Even so, these Jersey boys may have to leave home to make their fortune. "People out of state are more receptive," said Joe DeGenarro, alluding to a jaded listening public in the vicinity of New York. So, while their album release party was at Soundgarden in Lodi, the Benjamins have had more luck selling their CD outside of New Jersey.

But that doesn't mean they've given up. "We know there's definitely been a change in the scene since we as a band have been doing different things," said Picone. "A few other cover bands are starting to follow suit. We've even had some out-of-state original bands open for us at our cover shows, bringing original music back. Hopefully it will pick the scene up."

E-mail: - Bergen Record (NJ)

"INDIE Spotlight: The Benjamins"

The staff at Let's Rock America can NEVER be accused of having a lackadaisical attitude when it comes to bringing musicians and music lovers together on our website. After all, we do this for one reason and ONE REASON meet chicks! But in the process, we get SO MUCH MORE! Being musicians and music lovers ourselves, we get to meet some very cool bands, hear some very cool tunes and network with some very cool folks in the independent music scene! If you are an independent musician, stick with us.we won't disappoint you. You will learn a thing or two from some successful indie artists. If you are an indie music lover, stick around - you ain't seen or heard NOTHIN' yet! Lately, it's come to our attention that we are being used. But don't let that discourage you. We actually enjoy being used!

Post free music classifieds, speak your mind on our blogs, listen to some cool tunes, read some great interview spotlights, find out about some great bands OR, just spam the shit out of our webmaster's email. Hell, he doesn't care (it actually makes him feel popular). His best friend emails Viagra ads to him daily and you know how HARD it is to keep a good man down! After a brief lackadaisical and well-deserved sabbatical, Let's Rock America is back in full force to bring you none other than The Benjamins. Formed in 1999 by Garfield New Jersey High School classmates Jeremy Luke (Drums), Ben DeGenarro (Bass) and Joe DeGenarro (Lead Vocals/Rhythm Guitar), this Northern New Jersey based rock band started out doing rock covers, eventually graduated to original material and are currently one of the most popular rock bands on the tremendous Jersey Shore music scene.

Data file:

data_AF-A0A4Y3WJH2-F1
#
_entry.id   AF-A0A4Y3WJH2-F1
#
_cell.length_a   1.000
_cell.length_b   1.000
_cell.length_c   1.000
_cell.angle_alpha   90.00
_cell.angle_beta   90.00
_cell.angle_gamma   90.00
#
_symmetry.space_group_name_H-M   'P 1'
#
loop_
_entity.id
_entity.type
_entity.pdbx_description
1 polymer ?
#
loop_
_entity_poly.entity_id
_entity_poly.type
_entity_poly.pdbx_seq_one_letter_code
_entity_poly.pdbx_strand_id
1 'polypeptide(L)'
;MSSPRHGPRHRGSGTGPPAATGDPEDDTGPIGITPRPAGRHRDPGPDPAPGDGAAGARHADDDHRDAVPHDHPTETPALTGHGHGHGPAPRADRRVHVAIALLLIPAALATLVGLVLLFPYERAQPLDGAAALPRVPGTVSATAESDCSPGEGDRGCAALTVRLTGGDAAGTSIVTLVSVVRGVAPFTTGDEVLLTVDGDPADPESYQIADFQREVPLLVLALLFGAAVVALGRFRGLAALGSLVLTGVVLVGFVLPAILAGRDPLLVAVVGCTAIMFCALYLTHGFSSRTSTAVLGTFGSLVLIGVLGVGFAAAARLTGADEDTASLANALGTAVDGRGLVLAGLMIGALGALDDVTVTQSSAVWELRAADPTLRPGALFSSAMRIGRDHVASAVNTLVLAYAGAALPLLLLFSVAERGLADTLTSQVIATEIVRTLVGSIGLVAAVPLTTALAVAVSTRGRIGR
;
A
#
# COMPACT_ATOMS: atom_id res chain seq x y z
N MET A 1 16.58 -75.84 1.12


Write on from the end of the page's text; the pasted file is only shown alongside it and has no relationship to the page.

The Benjamins' attitude at the start was to make a living from music. In 2003, The Benjamins found a second guitar player and the fourth piece of the puzzle in Anthony "Ant" Picone. In one Month, with their collective noses to the grindstone and the will to succeed, The Benjamins wrote, recorded and produced their very first original CD "Go" and released it in 2004. As an attribute to the band's following, the self -produced and homespun "Go" has sold upwards of 10,000 copies.

Although The Benjamins have played consistently in New York, Connecticut, Pennsylvania, Vermont and Massachusettes, the New Jersey Shore music scene is one of the hottest commodities going, and it seems that The Benjamins are masters of their domain. The band brings their stylized version of Arena Rock to almost every venue up and down New Jersey that are lucky enough to headline them.

Due to the success of "Go", the band is currently in it's final stages of completing it's much awaited "Chronicles of The Garden State" CD with producer Tariq Solangi of Prime Time Studios of Yonkers N.Y. and mastered at Sterling Sound in New York City. The CD will be released by partners Roger Probert and Mike Pascuzzi's new label Core Records and distributed by Koch International.

The Benjamins' popularity has gotten them airplay on WPLJ's Scott and Todd show with The Goo Goo Dolls and a live Television performance on Fox. They have opened for Third Eye Blind at the Starland Ballroom in Sayerville New Jersey, have played at a Meadowlands Nets Game and The Meadowlands Raceway. Radio airplay includes WDHA in New Jersey, I-95 in Danbury Connecticut and a shit load of college stations! Listen for some new tunes from The Benjamins this summer on 106.3 and Rat Radio in New Jersey. And, check this out.two NEW Benjamins tunes stream right here on Let's Rock America! (links at top of this article)

BTW- Lackadaisical is a real word. My momma told me so!

Without further adieux, the exclusive Lets Rock America interview with
none other than THE BENJAMINS!

Let's Rock America: The Benjamins have been playing together for about seven years now with great success. What do each of you attribute this "staying power" to? Tell us a little about the chemistry that holds you all together.

Anthony: It's pretty simple, we all share a common goals for success and are on the same page all the time. Second, not a day goes by when the four of us are not doing some kind of work to make things better. The other part is a mutual understanding that the end results of the bands accomplishments are more important than our individual ego. Sounds simple enough but believe it or not, most bands don't reach their full potential because they can't comprehend the basics.